Cocoa beans harvesting flow
Cocoa Harvesting

Every part of cacao farming, from planting to harvesting to fermenting, is best done by hand, not machines. Pods must be removed from the trees individually, by hand, because not all ripen at the same time. Farmers generally use machetes or large knives attached to poles to slice down the ripe pods, taking care not to hurt nearby buds.

The pods are split open by hand. The beans are scooped out and the outer shell is discarded. If you tasted a bean at this point you would notice a sweet, lemony flavor from the pulp. The actual bean would be bitter and hard to eat.


Once the cacao beans are scooped from the pods, they are fermented and dried in the two-step curing process that sets in motion the development of the flavor nuances which make tasting chocolate so exciting. Fermentation is the first critical process to develop the beans’ flavor. The beans, still covered with pulp, are placed in large, shallow wooden boxes.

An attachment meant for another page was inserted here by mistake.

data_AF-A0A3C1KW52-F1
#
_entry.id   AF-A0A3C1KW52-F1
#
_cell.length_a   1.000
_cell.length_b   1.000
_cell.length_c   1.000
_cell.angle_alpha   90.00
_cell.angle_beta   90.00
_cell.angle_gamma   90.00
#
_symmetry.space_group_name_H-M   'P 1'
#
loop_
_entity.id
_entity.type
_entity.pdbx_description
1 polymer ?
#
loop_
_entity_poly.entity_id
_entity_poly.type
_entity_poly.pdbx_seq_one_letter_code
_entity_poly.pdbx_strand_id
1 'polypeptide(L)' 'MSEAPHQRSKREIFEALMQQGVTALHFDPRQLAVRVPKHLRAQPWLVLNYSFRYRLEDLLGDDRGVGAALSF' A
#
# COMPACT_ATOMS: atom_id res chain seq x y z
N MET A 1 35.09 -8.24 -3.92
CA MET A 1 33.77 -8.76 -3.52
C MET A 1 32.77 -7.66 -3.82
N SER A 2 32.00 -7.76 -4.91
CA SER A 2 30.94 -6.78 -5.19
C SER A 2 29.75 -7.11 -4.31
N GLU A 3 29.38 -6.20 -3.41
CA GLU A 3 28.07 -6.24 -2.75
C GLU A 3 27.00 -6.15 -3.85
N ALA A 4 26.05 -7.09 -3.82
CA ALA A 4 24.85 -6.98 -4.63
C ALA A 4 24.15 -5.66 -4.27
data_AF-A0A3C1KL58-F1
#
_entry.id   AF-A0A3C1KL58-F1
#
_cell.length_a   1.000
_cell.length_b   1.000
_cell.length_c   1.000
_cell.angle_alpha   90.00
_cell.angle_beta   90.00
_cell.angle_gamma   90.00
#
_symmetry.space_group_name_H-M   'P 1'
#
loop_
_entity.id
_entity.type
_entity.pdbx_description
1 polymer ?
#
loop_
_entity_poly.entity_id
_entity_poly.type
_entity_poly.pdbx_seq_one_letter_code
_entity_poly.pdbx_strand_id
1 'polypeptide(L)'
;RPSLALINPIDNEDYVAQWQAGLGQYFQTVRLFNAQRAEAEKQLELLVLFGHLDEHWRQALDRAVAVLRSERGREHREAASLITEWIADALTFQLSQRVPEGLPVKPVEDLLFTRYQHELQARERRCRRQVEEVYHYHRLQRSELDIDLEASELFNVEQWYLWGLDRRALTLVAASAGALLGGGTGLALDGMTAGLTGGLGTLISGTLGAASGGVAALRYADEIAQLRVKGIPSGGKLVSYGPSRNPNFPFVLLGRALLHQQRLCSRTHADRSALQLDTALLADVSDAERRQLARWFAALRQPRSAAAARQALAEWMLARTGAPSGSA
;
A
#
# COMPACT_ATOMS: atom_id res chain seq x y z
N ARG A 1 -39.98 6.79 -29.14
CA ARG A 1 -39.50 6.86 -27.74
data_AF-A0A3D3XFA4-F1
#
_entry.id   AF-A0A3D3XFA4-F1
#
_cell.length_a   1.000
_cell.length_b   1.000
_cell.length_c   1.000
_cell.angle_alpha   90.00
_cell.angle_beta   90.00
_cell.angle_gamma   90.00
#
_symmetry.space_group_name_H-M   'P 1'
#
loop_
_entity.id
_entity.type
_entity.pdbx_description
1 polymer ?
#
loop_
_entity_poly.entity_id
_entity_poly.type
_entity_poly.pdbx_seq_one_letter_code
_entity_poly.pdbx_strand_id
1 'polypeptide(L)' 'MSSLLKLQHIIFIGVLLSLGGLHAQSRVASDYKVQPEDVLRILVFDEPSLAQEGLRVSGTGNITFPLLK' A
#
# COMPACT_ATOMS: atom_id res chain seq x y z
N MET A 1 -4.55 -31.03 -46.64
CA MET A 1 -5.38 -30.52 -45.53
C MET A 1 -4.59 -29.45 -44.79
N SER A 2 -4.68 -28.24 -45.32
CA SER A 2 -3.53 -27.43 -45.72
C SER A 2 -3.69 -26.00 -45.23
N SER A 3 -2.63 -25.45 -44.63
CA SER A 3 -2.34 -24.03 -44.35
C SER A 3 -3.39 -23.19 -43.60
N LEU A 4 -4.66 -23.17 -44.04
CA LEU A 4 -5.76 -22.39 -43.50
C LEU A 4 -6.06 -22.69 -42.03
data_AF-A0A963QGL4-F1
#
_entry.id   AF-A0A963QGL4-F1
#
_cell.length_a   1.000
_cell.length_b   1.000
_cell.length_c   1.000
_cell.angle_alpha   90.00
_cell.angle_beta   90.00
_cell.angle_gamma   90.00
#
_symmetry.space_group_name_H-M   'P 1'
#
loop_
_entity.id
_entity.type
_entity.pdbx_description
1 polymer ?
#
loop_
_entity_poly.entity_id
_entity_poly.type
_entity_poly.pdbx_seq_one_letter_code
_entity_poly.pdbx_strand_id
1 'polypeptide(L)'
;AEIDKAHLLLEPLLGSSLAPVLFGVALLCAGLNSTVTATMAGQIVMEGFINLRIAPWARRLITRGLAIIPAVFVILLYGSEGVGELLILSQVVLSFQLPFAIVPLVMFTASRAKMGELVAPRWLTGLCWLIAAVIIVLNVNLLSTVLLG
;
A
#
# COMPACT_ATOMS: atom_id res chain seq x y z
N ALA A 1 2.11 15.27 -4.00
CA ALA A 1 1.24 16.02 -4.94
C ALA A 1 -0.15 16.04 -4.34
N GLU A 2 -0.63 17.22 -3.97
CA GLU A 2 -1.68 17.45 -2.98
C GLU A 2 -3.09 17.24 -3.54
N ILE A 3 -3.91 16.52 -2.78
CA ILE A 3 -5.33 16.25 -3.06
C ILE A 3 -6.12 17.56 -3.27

Once fermentation begins, the sugar in the pulp is converted into acids that change the chemical composition of the beans. Fermentation generates temperatures as high as 125° F, activating enzymes that create the flavor precursors which are the beginning of chocolate as we know it. The fermentation process takes anywhere from two to eight days.


The next key process is drying. The best way to dry cacao beans is to lay them on bamboo mats and let them bask in the sun's warming rays.

In some humid, rainy climates, beans are dried inside or by blowers circulating hot air which can pose problems. If the beans dry too quickly some of the chemical reactions started in the fermentation process are not allowed to finish and the beans taste acidic or bitter. If the drying is too slow, mold and off- flavors can develop.

The drying process takes several days during which the beans lose nearly all their moisture and more than half their weight. Once the beans are dried, they are ready to be shipped to chocolate factories around the world.

Final Cocoa Bean

Farmers take the fermented and dried cacao beans to collection sites where they are mixed with beans from surrounding farms. The beans are loaded into 200 pound sacks and transported to shipping centers.

Buyers sample the quality of the crop by cutting open a number of beans to see if they were properly fermented. The beans should have a brown center and be aromatic.

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